In both celebrations we are looking for something special below a tree, one an evergreen and one a cross. Below both trees the mother holds her child. Below both trees… the light shines out through the darkness.

John the Baptist was looking for the Messiah all his life. John and his disciples were looking for God in all the right places, but did not find him. It reminds me of the movie, “Finding Nemo”. The little fish was attempting to find the ocean when he was swimming in it.

Jesus began his ministry as an adult. He entered the synagogue that he grew up in. He was handed the scroll of the prophet Isaiah that he had practically memorized. The people looked for the Messiah but did not see him before their very eyes. Jesus told us his mission statement:

“The Spirit of the Lord is upon me                                                                                                                   because he has anointed me to bring glad tidings to the poor.

God sent me to proclaim liberty to captives,                                                                                             recovery of sight to the blind,                                                                                                                                    to let the oppressed go free                                                                                                                                     and to proclaim a year acceptable to God.”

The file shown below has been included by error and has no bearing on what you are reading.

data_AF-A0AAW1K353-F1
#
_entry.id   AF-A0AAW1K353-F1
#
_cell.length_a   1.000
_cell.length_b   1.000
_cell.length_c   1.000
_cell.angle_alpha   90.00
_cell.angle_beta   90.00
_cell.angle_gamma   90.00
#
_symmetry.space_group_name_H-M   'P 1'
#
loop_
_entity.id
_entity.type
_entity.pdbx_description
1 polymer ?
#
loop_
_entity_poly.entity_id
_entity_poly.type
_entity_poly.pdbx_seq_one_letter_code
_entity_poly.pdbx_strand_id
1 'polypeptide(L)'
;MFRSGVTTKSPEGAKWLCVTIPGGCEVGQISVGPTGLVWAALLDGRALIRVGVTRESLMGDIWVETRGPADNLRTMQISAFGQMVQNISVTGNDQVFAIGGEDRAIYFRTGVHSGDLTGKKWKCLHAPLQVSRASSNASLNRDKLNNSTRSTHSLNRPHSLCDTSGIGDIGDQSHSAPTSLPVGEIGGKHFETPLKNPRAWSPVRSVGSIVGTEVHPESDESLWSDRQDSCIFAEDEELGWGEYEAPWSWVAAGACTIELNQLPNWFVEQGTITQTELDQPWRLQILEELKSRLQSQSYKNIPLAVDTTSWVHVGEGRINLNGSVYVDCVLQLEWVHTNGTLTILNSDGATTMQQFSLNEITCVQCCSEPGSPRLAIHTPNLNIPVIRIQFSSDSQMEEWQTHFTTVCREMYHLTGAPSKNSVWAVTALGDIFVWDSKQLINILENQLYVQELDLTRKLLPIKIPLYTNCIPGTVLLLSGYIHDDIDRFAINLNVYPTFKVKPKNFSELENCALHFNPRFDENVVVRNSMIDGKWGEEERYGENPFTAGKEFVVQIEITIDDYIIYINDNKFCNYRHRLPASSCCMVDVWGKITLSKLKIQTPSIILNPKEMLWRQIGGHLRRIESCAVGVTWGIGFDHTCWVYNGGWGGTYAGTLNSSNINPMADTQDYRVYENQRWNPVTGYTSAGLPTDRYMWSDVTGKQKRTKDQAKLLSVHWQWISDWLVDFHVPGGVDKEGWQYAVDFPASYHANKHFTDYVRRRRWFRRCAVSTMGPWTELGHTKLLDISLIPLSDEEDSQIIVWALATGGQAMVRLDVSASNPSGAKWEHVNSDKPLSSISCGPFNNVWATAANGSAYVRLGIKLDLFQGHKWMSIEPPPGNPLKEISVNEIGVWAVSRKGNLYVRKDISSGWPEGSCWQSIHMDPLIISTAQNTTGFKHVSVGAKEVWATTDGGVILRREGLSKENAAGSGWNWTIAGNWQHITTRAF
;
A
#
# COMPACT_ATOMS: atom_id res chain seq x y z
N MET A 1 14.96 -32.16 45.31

I have been on over 12 missions to poor places like Haiti, Honduras and Africa. I was looking for Jesus in the poorest of the poor. I don’t speak the language of the peoples, but I can hear and see what Jesus is doing through wonderful and dedicated people. A Frisbee or soccer ball brings about unimaginable healing in the people I come to serve and especially in myself. The blind see the poor as equal to us. Queen of Peace missions have literally done what Jesus begs us to do. They have helped people walk again, waters to be cleansed, surgeries to give new life, devastations to restore, an attitude of gratitude, and the materially poor and spiritually poor have the good news proclaimed to them. So much more to do.dscf9317